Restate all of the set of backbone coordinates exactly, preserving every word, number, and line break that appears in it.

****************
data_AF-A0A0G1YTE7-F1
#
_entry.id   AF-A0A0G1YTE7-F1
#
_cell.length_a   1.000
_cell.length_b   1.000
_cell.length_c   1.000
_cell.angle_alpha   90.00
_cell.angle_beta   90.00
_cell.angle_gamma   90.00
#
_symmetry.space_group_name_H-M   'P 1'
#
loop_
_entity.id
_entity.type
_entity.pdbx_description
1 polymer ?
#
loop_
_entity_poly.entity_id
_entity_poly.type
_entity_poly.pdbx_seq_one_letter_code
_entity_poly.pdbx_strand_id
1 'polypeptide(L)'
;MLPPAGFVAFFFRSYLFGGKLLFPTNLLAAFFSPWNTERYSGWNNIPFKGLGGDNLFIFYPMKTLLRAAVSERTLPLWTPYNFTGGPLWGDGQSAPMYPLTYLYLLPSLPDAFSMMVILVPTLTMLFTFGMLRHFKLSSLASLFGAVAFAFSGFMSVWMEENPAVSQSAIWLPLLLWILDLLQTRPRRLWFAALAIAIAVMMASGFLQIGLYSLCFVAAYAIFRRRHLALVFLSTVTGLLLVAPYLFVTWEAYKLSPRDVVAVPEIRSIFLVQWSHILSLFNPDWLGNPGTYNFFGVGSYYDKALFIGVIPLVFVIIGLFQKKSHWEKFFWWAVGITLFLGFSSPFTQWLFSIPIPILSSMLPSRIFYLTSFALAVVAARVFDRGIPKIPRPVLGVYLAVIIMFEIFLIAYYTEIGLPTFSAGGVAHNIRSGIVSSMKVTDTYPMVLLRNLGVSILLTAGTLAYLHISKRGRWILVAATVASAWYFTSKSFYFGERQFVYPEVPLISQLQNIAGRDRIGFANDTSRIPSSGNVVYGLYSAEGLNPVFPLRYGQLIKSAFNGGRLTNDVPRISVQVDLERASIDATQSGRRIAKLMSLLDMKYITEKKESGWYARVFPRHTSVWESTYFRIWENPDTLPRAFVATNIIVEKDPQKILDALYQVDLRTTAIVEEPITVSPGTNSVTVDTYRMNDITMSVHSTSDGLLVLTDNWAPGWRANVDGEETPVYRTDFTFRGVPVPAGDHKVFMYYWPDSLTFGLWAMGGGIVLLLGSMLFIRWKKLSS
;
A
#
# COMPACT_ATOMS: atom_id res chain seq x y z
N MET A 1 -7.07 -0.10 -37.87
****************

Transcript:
data_AF-A0A0G1YTE7-F1
#
_entry.id   AF-A0A0G1YTE7-F1
#
_cell.length_a   1.000
_cell.length_b   1.000
_cell.length_c   1.000
_cell.angle_alpha   90.00
_cell.angle_beta   90.00
_cell.angle_gamma   90.00
#
_symmetry.space_group_name_H-M   'P 1'
#
loop_
_entity.id
_entity.type
_entity.pdbx_description
1 polymer ?
#
loop_
_entity_poly.entity_id
_entity_poly.type
_entity_poly.pdbx_seq_one_letter_code
_entity_poly.pdbx_strand_id
1 'polypeptide(L)'
;MLPPAGFVAFFFRSYLFGGKLLFPTNLLAAFFSPWNTERYSGWNNIPFKGLGGDNLFIFYPMKTLLRAAVSERTLPLWTPYNFTGGPLWGDGQSAPMYPLTYLYLLPSLPDAFSMMVILVPTLTMLFTFGMLRHFKLSSLASLFGAVAFAFSGFMSVWMEENPAVSQSAIWLPLLLWILDLLQTRPRRLWFAALAIAIAVMMASGFLQIGLYSLCFVAAYAIFRRRHLALVFLSTVTGLLLVAPYLFVTWEAYKLSPRDVVAVPEIRSIFLVQWSHILSLFNPDWLGNPGTYNFFGVGSYYDKALFIGVIPLVFVIIGLFQKKSHWEKFFWWAVGITLFLGFSSPFTQWLFSIPIPILSSMLPSRIFYLTSFALAVVAARVFDRGIPKIPRPVLGVYLAVIIMFEIFLIAYYTEIGLPTFSAGGVAHNIRSGIVSSMKVTDTYPMVLLRNLGVSILLTAGTLAYLHISKRGRWILVAATVASAWYFTSKSFYFGERQFVYPEVPLISQLQNIAGRDRIGFANDTSRIPSSGNVVYGLYSAEGLNPVFPLRYGQLIKSAFNGGRLTNDVPRISVQVDLERASIDATQSGRRIAKLMSLLDMKYITEKKESGWYARVFPRHTSVWESTYFRIWENPDTLPRAFVATNIIVEKDPQKILDALYQVDLRTTAIVEEPITVSPGTNSVTVDTYRMNDITMSVHSTSDGLLVLTDNWAPGWRANVDGEETPVYRTDFTFRGVPVPAGDHKVFMYYWPDSLTFGLWAMGGGIVLLLGSMLFIRWKKLSS
;
A
#
# COMPACT_ATOMS: atom_id res chain seq x y z
N MET A 1 -7.07 -0.10 -37.87